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Verizon Will Acquire AOL For $4.4 Billion To Boost Cross-Screen Connection For Consumers

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Verizon will acquire digital company AOL for approximately $4.4 billion, a move that could potentially boost the telecommunications giant's campaign on digital advertising and mobile platforms, based on the company's announcement last Tuesday.

Verizon will purchase every share of AOL at $50. AOL has been focusing on video advertising for the past months since their disastrous split with Time Warner back in 2000. Verizon will pay 17 percent more than the closing stock price of AOL last Monday, which is at $42.59.

Reports said Tim Armstrong, AOL's CEO and chairman, will remain in order to run AOL's operations after the acquisition.

AOL has a number of digital properties under its belt, which include the brands Engadget, TechCrunch and The Huffington Post, but the development of AOL's advertising was the trigger of the acquisition.

The Huffington Post division has increased its value to more than $1 billion, and AOL has been promoting it as part of securing Verizon's acquisition, according to Re/code citing numerous sources.

AOL has bought the video programming service Adap.TV for $ 405 million and has continued its focused efforts in the advertising market. It made great progress in the past months through video and programmatic advertising and automated ads capitalizing on computer algorithms that would select a specific audience. Verizon aims to develop more on this through its mobile platforms.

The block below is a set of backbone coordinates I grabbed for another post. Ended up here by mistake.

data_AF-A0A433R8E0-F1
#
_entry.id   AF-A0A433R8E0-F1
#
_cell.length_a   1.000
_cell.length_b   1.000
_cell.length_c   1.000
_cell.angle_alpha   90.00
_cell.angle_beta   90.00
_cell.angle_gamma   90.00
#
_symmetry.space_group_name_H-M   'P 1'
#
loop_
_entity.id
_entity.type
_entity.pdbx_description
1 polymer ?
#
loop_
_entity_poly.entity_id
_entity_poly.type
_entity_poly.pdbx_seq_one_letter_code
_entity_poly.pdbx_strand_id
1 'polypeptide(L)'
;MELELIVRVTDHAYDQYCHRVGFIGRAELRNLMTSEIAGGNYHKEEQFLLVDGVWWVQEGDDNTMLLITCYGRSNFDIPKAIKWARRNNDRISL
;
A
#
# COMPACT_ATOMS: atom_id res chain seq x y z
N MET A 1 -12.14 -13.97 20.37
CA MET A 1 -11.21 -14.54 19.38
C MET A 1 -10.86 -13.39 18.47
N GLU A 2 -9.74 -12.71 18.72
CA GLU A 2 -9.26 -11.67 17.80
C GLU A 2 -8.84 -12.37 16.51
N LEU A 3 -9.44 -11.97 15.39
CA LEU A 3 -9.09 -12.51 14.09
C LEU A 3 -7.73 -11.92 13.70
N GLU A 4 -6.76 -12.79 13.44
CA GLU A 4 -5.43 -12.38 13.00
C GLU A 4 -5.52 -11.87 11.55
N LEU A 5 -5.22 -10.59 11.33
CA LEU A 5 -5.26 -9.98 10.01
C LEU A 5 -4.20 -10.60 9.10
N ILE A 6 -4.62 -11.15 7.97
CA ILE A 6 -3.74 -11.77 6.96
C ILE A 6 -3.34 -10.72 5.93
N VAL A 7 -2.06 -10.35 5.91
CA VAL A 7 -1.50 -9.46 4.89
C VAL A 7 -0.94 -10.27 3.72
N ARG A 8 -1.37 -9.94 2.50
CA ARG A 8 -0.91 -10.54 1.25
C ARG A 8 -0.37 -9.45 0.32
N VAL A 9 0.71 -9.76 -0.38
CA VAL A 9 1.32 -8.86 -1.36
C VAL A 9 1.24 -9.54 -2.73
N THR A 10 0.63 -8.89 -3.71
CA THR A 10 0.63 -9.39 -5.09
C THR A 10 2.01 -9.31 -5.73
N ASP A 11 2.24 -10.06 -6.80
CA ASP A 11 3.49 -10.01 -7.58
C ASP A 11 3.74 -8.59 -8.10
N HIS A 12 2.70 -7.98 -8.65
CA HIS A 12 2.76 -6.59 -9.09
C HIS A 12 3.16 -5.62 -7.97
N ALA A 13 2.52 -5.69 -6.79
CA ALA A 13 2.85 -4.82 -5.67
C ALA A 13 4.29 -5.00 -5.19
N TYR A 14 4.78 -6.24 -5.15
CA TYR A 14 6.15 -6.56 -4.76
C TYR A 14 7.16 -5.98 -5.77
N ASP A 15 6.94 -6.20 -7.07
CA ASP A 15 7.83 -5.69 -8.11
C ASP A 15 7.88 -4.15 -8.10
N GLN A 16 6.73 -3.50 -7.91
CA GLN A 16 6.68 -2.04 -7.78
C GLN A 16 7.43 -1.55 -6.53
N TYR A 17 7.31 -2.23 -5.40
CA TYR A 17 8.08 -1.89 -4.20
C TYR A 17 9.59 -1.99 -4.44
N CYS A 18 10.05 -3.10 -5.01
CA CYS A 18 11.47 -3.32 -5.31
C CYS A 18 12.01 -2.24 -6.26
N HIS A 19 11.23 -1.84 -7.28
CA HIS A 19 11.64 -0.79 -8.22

Programmatic advertising revenues will continue to increase up to $14.88 billion for this year, based on research firm eMarketer, and by 2016, it will surpass the $20 billion mark, which is nearly 67 percent of the display ad market. Reports also noted that digital video ad spending is also booming, anticipated to accelerate by 33 percent to $7.77 billion for this year.

AOL has now logged its share of the global digital ad market to 0.74 percent in 2014, behind titans Google at 31. 4 percent, and Facebook at 7.9 percent, according to eMarketer. AOL's share was already at 2.1 percent in the U.S. last year.

AOL represented a leading role in the development of digital services, most outstandingly through its dial-up Internet access. AOL most current quarterly marks show the company still boasts 2.1 million dial-up consumers.

"Verizon's vision is to provide customers with a premium digital experience based on a global multiscreen network platform. This acquisition supports our strategy to provide a cross-screen connection for consumers, creators, and advertisers to deliver that premium customer experience," Verizon CEO Lowell McAdam said.

The deal disclosed this Tuesday is projected to be completed this summer. Regulators will still need to approve this deal to be finalized.

Photo: Mike Mozart | Flickr

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